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Reclaiming The Radical And Revolutionary King

Rev. Ralph Abernathy, left, and Rev. Martin Luther King Jr., right are taken by a policeman as they led a line of demonstrators into the business section of Birmingham, Ala., on April 12, 1963. (AP Photo)

Because today is Martin Luther King, Jr. Day, we will see the obligatory nod to Dr. King through movies, memes, and clips in black-and-white from the 1960s marches for Civil Rights. This has become ubiquitous in the months of January and February, even in the face of resistance in some locations.

But what is amazing to me, yet not The Radical and Revolutionary Kingsurprising, is how the image of Dr. King has been co-opted to undermine the protests that have been going on the past couple years, by those who would have opposed him during his life. There are attempts to use his image to shame us into ending our protests against police brutality and state-sanctioned murder.

This revealed to me that too many obviously do not know the Martin Luther King, Jr., that I know and that history records. They regurgitate the same portion of I have a Dream while redacting the first half of the same speech.  They’ve whitewashed the radical King by never mentioning where he spoke about reparations nor on the arrogance of America. As they attempt to “educate” our community on how one of our greatest leaders would have felt about the contemporary protests turned into riots, they conveniently overlooked what Dr. King said in totality on the subject of riots and also, overlooked are his views on acquiescence.

Forgotten are these selfsame thoughts of those who stood in opposition to the marches they would co-opt today to forward their agenda. They want to tell us what our struggle is about; King Marchingthey want to tell us how we should patiently wait for their morals and actions to catch up to their grand proclamations. They, who have never spent a day being African-American, want to educate us on what our experience is like. But ask them if they would want the life African-American’s have to endure, and you get silence. To add insult to injury, they want to tell us that King would not approve.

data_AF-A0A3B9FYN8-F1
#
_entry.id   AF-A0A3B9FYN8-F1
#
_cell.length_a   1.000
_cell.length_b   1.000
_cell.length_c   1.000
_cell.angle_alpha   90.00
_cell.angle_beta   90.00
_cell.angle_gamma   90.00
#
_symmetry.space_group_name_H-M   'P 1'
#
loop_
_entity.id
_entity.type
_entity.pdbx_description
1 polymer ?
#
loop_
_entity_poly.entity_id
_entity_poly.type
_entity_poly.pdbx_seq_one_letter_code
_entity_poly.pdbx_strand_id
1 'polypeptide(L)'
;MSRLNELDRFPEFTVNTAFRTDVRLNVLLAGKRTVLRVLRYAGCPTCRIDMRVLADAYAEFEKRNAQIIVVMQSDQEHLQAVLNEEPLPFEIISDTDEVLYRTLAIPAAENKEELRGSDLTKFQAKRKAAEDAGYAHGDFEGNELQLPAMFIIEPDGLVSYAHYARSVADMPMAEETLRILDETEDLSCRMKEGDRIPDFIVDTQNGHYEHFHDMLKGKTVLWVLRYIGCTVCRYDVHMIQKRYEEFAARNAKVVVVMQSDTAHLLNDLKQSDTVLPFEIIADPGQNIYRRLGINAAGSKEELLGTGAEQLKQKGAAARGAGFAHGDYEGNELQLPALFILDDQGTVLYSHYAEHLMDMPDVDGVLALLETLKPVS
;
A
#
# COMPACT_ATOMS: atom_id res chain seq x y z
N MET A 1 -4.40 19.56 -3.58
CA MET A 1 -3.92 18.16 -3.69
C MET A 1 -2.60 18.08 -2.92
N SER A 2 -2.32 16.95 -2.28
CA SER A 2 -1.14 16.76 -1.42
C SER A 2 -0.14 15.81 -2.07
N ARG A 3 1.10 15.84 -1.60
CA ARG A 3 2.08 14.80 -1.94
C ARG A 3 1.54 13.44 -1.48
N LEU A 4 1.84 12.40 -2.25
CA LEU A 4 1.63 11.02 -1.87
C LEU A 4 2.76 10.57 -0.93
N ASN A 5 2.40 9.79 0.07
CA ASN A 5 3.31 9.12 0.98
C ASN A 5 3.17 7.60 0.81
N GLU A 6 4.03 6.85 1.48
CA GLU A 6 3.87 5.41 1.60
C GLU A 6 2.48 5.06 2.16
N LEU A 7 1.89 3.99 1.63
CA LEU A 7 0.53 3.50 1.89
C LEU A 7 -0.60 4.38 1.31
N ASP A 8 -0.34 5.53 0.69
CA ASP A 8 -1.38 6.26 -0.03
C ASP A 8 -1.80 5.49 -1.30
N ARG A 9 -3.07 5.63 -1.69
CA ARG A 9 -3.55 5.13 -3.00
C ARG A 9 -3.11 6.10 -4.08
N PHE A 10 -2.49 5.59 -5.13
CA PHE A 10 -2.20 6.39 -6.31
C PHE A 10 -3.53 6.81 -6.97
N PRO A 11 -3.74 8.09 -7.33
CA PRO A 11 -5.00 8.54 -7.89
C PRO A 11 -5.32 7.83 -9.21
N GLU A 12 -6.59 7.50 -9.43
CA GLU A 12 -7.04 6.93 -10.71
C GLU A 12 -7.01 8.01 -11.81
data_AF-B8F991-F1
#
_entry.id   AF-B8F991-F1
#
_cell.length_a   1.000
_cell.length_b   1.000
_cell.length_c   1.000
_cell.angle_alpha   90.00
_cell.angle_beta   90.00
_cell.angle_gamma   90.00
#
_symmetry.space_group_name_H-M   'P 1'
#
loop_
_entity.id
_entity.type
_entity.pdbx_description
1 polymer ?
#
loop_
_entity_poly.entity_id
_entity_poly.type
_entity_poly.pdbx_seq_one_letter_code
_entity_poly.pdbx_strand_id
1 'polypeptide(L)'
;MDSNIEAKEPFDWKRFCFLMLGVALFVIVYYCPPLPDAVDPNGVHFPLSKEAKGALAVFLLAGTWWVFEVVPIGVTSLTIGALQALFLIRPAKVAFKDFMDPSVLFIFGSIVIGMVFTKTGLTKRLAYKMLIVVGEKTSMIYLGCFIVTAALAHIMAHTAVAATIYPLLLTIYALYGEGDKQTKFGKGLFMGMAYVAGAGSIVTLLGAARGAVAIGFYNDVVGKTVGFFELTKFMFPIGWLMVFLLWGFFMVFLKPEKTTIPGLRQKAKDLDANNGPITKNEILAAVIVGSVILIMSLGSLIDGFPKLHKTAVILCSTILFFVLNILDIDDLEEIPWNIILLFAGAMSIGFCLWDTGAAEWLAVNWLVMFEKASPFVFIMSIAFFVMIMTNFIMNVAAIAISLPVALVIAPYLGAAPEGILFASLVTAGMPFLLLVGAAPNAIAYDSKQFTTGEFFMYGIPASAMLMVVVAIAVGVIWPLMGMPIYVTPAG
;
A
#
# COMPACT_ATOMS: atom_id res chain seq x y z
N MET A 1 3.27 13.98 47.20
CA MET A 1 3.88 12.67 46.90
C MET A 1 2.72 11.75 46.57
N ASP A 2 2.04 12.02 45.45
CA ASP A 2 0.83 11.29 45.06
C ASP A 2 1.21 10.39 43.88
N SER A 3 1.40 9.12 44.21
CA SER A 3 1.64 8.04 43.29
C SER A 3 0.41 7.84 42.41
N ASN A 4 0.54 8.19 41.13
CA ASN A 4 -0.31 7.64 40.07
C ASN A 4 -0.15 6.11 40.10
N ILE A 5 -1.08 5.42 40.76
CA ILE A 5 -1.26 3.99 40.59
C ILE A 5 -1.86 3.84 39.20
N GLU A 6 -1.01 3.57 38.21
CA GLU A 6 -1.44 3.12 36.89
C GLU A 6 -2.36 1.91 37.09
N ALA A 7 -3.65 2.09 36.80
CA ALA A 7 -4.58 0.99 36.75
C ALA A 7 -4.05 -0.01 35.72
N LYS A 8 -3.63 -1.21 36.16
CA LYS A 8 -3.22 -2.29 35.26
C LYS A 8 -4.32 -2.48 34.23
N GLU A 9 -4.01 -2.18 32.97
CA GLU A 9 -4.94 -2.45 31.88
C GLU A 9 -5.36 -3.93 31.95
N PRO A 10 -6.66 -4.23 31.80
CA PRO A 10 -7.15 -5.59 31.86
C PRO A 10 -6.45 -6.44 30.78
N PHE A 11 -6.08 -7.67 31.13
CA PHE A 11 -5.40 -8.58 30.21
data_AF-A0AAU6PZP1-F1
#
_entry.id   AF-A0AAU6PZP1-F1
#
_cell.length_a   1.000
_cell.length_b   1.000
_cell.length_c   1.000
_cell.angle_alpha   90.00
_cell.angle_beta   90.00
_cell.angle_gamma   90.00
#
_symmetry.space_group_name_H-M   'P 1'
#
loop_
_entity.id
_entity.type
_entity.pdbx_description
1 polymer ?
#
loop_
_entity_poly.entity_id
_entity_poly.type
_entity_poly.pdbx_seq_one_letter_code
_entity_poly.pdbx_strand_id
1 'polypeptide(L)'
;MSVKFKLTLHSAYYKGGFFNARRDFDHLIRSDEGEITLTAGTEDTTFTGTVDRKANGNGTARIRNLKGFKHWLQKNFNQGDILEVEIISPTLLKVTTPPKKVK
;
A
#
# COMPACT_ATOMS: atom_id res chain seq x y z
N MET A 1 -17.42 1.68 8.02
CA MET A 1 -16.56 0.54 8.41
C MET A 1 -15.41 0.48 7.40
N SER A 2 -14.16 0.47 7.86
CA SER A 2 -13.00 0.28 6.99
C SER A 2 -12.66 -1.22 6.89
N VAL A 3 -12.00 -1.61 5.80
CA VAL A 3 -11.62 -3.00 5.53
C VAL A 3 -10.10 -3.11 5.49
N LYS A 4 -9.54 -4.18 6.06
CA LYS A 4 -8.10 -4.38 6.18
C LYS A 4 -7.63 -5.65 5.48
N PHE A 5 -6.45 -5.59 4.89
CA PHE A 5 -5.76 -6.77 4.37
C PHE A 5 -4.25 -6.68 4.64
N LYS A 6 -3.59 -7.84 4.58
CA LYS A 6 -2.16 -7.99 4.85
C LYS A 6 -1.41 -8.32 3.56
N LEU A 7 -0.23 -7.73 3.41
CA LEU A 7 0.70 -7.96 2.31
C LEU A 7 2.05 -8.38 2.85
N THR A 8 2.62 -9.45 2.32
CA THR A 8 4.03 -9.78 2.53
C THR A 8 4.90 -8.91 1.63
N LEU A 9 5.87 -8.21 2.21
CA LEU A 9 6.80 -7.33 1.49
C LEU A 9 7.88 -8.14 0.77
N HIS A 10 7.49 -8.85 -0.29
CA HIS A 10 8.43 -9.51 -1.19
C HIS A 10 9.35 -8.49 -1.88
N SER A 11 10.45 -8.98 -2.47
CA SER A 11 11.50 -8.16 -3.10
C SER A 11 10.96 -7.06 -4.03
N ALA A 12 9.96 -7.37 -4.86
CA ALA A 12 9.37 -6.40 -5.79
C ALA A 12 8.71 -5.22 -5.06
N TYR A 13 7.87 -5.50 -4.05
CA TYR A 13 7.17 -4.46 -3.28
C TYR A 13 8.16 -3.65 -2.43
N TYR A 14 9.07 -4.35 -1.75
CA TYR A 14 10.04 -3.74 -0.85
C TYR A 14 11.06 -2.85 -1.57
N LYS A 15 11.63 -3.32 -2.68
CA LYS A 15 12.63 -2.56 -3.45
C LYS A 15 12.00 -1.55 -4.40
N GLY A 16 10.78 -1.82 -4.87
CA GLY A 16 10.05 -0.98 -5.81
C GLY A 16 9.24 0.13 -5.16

But, not only do they want to tell us how to behave in the face of brutality and apathy toward the continued plight of Black people in America, they want to tell US how WE should feel about the state of disgrace in America; they want to tell us that we should feel shame for not matching up to their cherry-picked vision of our radical and revolutionary King. And as with every other revolutionary leader they could not control in life nor ignore in death, they attempt to appropriate his voice to fit their agenda.

On this holiday, in our tributes to the historical King, we must tell them that they cannot appropriate our King. We will not be silenced; we will not be ordered nor shamed into submission to the continued oppression that still plagues our community. We will not remain invisible for their peace-of-mind and comfort. We will tell them that if they cannot stomach to stand with us, then they will stand down and get out of our way.

Have a beautiful King Holiday.

Written by Pamela Getz

Pamela Getz

Writer and Activist. Follow Pamela on Twitter @goddesspamela.

Pamela Getz is Editor of International Affairs for Progressive Army and a member of its Editorial Board.

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Reclaiming The Radical And Revolutionary King